Since the COVID-19 vaccines were approved for emergency use by the FDA, pediatricians at Eugene Pediatric Associates have been fielding questions daily from families wanting to know more about them and what it will take to achieve herd immunity.

“We believe, based on current science – which is of course always changing – that about 70% of our population will need to be immune to SARS-CoV2, coronavirus, in order for us to have adequate herd immunity,” says Dr. Pilar Bradshaw.

What is herd immunity?
Herd immunity is achieved when enough people are immune to a viral disease that it can no longer spread easily among a community or “herd.” A large population that is immune will naturally help protect people in the community who are at risk.

For example: If you have a group of 100 people and 99 are immunized against an illness, the one person in the middle of the “herd” who decided not to vaccinate is probably safe, because the germ is likely not going to be able to get a foothold in that group.

“If you compare that to a herd where 20 people out of 100 decide to immunize, then the other 80 are at risk. That’s where the virus is going to attack,” Dr. Bradshaw says.

The more contagious a disease is—like COVID-19—the greater the proportion of the population that needs to be immune to the disease to stop its spread. Measles, for example, is highly contagious, requiring around 95% of the population to be vaccinated before herd immunity is reached.

“The only way to accomplish that is either by having many, many more infections and deaths, which is not desirable, or to vaccinate with the COVID-19 vaccine,” she says.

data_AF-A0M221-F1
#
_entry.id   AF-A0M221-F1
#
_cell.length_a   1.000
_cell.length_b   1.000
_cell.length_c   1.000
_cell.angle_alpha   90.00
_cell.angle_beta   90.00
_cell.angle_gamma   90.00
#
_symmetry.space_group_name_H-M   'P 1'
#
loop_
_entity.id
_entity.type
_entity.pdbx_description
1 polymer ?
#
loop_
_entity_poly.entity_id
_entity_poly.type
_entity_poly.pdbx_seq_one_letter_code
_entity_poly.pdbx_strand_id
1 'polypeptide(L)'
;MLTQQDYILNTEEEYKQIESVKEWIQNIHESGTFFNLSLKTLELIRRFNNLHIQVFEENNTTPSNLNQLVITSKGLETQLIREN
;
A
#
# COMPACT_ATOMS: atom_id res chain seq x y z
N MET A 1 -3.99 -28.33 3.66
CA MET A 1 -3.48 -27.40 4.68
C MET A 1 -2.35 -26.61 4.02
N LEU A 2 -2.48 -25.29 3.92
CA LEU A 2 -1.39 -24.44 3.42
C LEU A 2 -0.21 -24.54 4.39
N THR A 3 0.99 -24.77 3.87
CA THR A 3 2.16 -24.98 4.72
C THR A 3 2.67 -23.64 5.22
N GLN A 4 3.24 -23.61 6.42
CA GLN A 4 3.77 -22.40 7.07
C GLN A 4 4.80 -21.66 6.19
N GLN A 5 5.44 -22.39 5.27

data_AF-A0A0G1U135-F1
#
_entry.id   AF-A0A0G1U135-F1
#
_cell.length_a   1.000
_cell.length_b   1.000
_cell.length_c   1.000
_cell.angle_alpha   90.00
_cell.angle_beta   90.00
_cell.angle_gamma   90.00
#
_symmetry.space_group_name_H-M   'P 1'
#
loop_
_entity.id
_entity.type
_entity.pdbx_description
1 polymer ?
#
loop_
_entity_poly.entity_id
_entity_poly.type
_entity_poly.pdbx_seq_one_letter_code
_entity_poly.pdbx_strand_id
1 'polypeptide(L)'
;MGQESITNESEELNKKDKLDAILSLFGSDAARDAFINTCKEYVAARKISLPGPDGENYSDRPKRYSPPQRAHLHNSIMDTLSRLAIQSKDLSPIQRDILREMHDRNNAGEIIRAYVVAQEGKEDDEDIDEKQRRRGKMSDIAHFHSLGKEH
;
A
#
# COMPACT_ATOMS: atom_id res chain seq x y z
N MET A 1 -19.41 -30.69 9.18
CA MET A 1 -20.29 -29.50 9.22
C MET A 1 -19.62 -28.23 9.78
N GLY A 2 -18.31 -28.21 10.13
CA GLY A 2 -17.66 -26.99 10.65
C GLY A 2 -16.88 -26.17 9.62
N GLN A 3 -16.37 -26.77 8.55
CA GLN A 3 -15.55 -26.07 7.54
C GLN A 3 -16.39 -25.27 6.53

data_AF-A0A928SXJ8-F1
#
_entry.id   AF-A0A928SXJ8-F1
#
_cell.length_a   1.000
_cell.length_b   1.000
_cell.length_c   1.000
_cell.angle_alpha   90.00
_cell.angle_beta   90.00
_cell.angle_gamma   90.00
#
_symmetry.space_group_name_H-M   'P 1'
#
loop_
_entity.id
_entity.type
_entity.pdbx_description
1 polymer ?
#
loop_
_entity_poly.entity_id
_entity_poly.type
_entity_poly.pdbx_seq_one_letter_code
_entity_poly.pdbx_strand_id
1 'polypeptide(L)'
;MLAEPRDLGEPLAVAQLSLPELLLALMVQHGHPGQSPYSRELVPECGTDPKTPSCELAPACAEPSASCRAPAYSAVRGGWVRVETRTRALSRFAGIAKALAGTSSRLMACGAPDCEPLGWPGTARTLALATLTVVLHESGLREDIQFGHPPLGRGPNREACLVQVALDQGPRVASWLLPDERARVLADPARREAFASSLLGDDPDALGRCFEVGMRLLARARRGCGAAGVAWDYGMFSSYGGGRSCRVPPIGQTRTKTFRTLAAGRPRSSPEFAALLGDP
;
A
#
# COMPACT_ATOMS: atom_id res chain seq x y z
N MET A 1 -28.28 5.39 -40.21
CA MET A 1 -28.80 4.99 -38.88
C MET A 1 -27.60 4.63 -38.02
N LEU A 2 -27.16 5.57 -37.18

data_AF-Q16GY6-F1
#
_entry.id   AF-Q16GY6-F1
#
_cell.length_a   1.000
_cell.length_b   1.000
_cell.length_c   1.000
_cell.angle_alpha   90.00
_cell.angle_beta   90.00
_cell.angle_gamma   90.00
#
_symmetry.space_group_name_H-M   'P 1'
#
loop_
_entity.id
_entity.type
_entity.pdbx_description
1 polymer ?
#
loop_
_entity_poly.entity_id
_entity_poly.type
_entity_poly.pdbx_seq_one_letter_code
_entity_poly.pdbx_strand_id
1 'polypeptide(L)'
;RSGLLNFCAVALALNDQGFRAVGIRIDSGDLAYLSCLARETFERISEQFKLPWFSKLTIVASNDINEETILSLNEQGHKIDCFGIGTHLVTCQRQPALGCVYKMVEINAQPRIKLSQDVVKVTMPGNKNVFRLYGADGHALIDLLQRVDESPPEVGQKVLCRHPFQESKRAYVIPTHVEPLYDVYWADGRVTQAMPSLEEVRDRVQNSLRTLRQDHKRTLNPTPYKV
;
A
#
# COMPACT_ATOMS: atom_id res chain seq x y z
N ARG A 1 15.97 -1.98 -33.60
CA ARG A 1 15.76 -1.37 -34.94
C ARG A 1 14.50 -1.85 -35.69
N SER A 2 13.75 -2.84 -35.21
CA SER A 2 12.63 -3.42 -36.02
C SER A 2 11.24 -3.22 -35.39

Reaching the levels of infection needed to achieve herd immunity without a vaccine could be devastating and potentially overwhelm health care systems, leading to an extraordinary number of deaths. A vaccine is a much safer way to build immunity against the virus, says Dr. Bradshaw.

What if I’ve had COVID-19? Do I still need to be vaccinated?
The answer is yes.

“We don’t know if getting coronavirus gives you immunity for a very long time,” she says. “At this point, we only really know you have immunity for about three months, then you could get it again. We have much more confidence in the ability of the vaccine to give you a set amount of immunity. We also have studies that are well-designed that are showing us how effective that vaccine is, and those studies are ongoing.”

It’s possible that vaccine boosters could be necessary, similar to how a flu shot is recommended every year.

To reach 70% herd immunity for COVID-19, medical providers agree that it will require more people who are willing to get vaccinated when the vaccine becomes available to them.

“Because if we cannot get to 70%, our most fragile community members will still be at risk of getting sick and dying from this very serious virus,” Dr. Bradshaw says.

In addition to people’s willingness to be vaccinated, achieving herd immunity will depend on the vaccine supply, which has been slow to roll out to states, including Oregon.